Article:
Public sector pay cap scrapped as rises on way for one million workers

Around one million public sector workers will benefit from the biggest pay rise in almost 10 years, the government announced today in an unprecedented move.

The controversial 1% pay rise cap – which union bosses claim has costed the public purse around £8.5bn in the last financial year alone – ended last year in recognition that dedicated public sector workers deserve a pay rise – although most salary rises will still remain below inflation.

Spending plans have allowed the government to issue pay increases to members of the armed forces with a 2.9% rise, as well as at least 2% for junior doctors, specialist doctors, GPs and dentists, and a police award of 2%.

Teachers will be granted a pay increase by 3.5%, with schools determining how it is set. Schools will receive a pay grant of £508m over two years to cover the increases, used from Department for Education budgets.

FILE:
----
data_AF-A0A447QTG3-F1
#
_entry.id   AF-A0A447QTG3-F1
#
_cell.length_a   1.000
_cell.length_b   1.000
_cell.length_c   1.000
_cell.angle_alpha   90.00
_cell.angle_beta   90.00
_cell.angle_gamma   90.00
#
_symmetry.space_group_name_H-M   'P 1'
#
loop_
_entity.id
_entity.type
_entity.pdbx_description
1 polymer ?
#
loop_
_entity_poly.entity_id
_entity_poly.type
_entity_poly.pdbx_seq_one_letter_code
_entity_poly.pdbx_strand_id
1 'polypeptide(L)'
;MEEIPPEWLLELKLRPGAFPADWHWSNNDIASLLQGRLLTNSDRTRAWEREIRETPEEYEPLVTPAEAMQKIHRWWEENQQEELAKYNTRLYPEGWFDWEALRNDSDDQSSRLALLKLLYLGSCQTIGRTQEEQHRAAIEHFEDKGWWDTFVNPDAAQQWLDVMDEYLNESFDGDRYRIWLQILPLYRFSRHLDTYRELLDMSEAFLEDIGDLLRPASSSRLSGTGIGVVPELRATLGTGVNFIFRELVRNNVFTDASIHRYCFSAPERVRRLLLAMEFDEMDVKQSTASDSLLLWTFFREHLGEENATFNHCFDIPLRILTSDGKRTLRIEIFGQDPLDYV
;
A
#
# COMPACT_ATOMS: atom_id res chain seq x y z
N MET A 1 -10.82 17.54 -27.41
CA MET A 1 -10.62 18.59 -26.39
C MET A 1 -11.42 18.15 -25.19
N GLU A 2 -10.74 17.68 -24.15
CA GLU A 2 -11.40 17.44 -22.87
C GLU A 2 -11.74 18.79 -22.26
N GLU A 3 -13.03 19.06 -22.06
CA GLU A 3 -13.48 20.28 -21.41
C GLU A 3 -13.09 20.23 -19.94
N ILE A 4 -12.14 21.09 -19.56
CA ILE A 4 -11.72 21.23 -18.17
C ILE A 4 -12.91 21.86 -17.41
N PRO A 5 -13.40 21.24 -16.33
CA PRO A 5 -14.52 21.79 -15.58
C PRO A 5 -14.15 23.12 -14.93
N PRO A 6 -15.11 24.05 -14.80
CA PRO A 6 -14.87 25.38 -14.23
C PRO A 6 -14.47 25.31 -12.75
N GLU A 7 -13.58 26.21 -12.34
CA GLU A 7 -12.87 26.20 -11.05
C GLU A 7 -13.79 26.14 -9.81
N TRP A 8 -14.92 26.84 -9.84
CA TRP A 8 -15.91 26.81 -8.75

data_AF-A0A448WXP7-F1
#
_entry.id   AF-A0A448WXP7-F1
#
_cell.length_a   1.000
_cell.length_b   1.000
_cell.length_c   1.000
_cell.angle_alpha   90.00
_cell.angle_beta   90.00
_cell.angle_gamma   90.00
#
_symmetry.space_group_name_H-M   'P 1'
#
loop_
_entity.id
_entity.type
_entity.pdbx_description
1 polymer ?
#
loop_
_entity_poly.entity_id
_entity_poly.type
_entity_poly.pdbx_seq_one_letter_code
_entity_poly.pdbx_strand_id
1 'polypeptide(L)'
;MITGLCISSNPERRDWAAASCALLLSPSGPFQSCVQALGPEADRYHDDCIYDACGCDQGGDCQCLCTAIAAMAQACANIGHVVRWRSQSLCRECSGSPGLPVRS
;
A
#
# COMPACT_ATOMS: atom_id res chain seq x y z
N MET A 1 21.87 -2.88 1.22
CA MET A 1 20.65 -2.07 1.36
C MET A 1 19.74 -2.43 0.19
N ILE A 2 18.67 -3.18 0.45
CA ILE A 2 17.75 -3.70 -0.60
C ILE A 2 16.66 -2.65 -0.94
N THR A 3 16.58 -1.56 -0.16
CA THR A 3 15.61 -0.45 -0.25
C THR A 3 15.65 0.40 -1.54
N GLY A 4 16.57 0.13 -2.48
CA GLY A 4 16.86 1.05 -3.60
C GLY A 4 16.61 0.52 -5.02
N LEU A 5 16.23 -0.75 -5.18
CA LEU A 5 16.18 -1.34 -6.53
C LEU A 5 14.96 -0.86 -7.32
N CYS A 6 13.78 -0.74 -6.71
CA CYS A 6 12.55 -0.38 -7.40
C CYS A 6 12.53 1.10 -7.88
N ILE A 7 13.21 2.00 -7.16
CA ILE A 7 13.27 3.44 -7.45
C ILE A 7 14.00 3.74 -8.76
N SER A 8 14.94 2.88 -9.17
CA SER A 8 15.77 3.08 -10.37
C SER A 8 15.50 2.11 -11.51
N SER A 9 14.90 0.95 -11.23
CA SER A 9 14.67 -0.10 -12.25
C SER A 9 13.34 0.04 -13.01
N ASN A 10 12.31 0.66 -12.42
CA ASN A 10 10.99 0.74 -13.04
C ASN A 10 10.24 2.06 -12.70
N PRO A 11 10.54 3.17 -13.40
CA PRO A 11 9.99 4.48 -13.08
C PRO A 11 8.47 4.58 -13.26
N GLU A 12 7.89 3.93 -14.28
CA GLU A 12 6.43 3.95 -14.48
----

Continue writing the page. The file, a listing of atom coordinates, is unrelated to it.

Prison officers will get at least a 2.75% increase, with many getting higher awards. Prison workers will get a 2% annual pay rise with a one-off non-consolidated payment of 0.75%.

This follows the 6.5% pay rise over three years that was announced in March for more than a million nurses, midwives and other Agenda for Change staff, as well as a two-year pay offer for council workers in England and Wales in December last year.

Danny Mortimer, chief executive of NHS Employers, said: “Employers welcome the steady progress towards ending the cap on earnings for NHS staff. We now need assurances around how such awards can be fully funded.”

Prospect’s deputy general secretary, Garry Graham, said: “Today’s pay deals for the armed forces, prison workers and teachers are welcome but confirm what we have long suspected, this government have put civil servants firmly at the back of the queue on public sector pay.

“Instead of playing cynical divide and rule games with overworked and underpaid public sector workers the government should be committing to above inflation pay rises for all public servants, with no group left behind.”

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